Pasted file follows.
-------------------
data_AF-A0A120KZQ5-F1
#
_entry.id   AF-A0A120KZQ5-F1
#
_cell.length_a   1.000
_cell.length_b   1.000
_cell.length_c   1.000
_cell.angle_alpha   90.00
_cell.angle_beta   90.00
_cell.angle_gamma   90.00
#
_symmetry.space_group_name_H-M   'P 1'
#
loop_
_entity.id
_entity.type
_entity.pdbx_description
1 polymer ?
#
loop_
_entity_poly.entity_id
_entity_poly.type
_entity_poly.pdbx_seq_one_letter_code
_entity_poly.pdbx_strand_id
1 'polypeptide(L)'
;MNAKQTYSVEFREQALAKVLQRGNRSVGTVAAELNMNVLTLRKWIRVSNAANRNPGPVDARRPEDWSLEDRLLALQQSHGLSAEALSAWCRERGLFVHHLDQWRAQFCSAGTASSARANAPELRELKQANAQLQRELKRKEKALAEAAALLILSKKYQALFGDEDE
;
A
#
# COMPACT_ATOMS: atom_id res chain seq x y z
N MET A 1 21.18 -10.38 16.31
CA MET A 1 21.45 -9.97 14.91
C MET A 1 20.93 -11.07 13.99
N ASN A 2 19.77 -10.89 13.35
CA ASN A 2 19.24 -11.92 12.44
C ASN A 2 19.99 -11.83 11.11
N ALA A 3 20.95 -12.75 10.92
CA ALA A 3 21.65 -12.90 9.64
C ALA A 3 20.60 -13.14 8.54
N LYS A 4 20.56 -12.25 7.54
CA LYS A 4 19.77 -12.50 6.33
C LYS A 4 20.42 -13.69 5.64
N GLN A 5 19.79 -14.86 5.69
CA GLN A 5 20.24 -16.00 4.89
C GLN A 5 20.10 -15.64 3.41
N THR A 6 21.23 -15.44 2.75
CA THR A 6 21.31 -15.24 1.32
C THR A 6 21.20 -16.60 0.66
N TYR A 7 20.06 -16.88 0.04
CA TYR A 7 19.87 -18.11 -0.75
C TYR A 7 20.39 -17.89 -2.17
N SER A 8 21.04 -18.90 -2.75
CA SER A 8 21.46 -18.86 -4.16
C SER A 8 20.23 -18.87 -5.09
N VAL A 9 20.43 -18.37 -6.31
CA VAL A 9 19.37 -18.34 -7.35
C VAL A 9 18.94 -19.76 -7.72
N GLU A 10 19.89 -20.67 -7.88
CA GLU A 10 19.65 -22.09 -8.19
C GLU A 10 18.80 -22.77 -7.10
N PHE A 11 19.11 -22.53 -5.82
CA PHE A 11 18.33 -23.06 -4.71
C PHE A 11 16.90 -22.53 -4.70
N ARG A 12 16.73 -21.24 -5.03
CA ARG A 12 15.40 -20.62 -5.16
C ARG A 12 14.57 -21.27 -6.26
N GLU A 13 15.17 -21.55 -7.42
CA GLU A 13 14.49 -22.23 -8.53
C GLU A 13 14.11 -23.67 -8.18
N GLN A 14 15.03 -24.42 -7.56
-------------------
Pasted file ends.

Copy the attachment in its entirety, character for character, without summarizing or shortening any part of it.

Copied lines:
data_AF-A0A120KZQ5-F1
#
_entry.id   AF-A0A120KZQ5-F1
#
_cell.length_a   1.000
_cell.length_b   1.000
_cell.length_c   1.000
_cell.angle_alpha   90.00
_cell.angle_beta   90.00
_cell.angle_gamma   90.00
#
_symmetry.space_group_name_H-M   'P 1'
#
loop_
_entity.id
_entity.type
_entity.pdbx_description
1 polymer ?
#
loop_
_entity_poly.entity_id
_entity_poly.type
_entity_poly.pdbx_seq_one_letter_code
_entity_poly.pdbx_strand_id
1 'polypeptide(L)'
;MNAKQTYSVEFREQALAKVLQRGNRSVGTVAAELNMNVLTLRKWIRVSNAANRNPGPVDARRPEDWSLEDRLLALQQSHGLSAEALSAWCRERGLFVHHLDQWRAQFCSAGTASSARANAPELRELKQANAQLQRELKRKEKALAEAAALLILSKKYQALFGDEDE
;
A
#
# COMPACT_ATOMS: atom_id res chain seq x y z
N MET A 1 21.18 -10.38 16.31
CA MET A 1 21.45 -9.97 14.91
C MET A 1 20.93 -11.07 13.99
N ASN A 2 19.77 -10.89 13.35
CA ASN A 2 19.24 -11.92 12.44
C ASN A 2 19.99 -11.83 11.11
N ALA A 3 20.95 -12.75 10.92
CA ALA A 3 21.65 -12.90 9.64
C ALA A 3 20.60 -13.14 8.54
N LYS A 4 20.56 -12.25 7.54
CA LYS A 4 19.77 -12.50 6.33
C LYS A 4 20.42 -13.69 5.64
N GLN A 5 19.79 -14.86 5.69
CA GLN A 5 20.24 -16.00 4.89
C GLN A 5 20.10 -15.64 3.41
N THR A 6 21.23 -15.44 2.75
CA THR A 6 21.31 -15.24 1.32
C THR A 6 21.20 -16.60 0.66
N TYR A 7 20.06 -16.88 0.04
CA TYR A 7 19.87 -18.11 -0.75
C TYR A 7 20.39 -17.89 -2.17
N SER A 8 21.04 -18.90 -2.75
CA SER A 8 21.46 -18.86 -4.16
C SER A 8 20.23 -18.87 -5.09
N VAL A 9 20.43 -18.37 -6.31
CA VAL A 9 19.37 -18.34 -7.35
C VAL A 9 18.94 -19.76 -7.72
N GLU A 10 19.89 -20.67 -7.88
CA GLU A 10 19.65 -22.09 -8.19
C GLU A 10 18.80 -22.77 -7.10
N PHE A 11 19.11 -22.53 -5.82
CA PHE A 11 18.33 -23.06 -4.71
C PHE A 11 16.90 -22.53 -4.70
N ARG A 12 16.73 -21.24 -5.03
CA ARG A 12 15.40 -20.62 -5.16
C ARG A 12 14.57 -21.27 -6.26
N GLU A 13 15.17 -21.55 -7.42
CA GLU A 13 14.49 -22.23 -8.53
C GLU A 13 14.11 -23.67 -8.18
N GLN A 14 15.03 -24.42 -7.56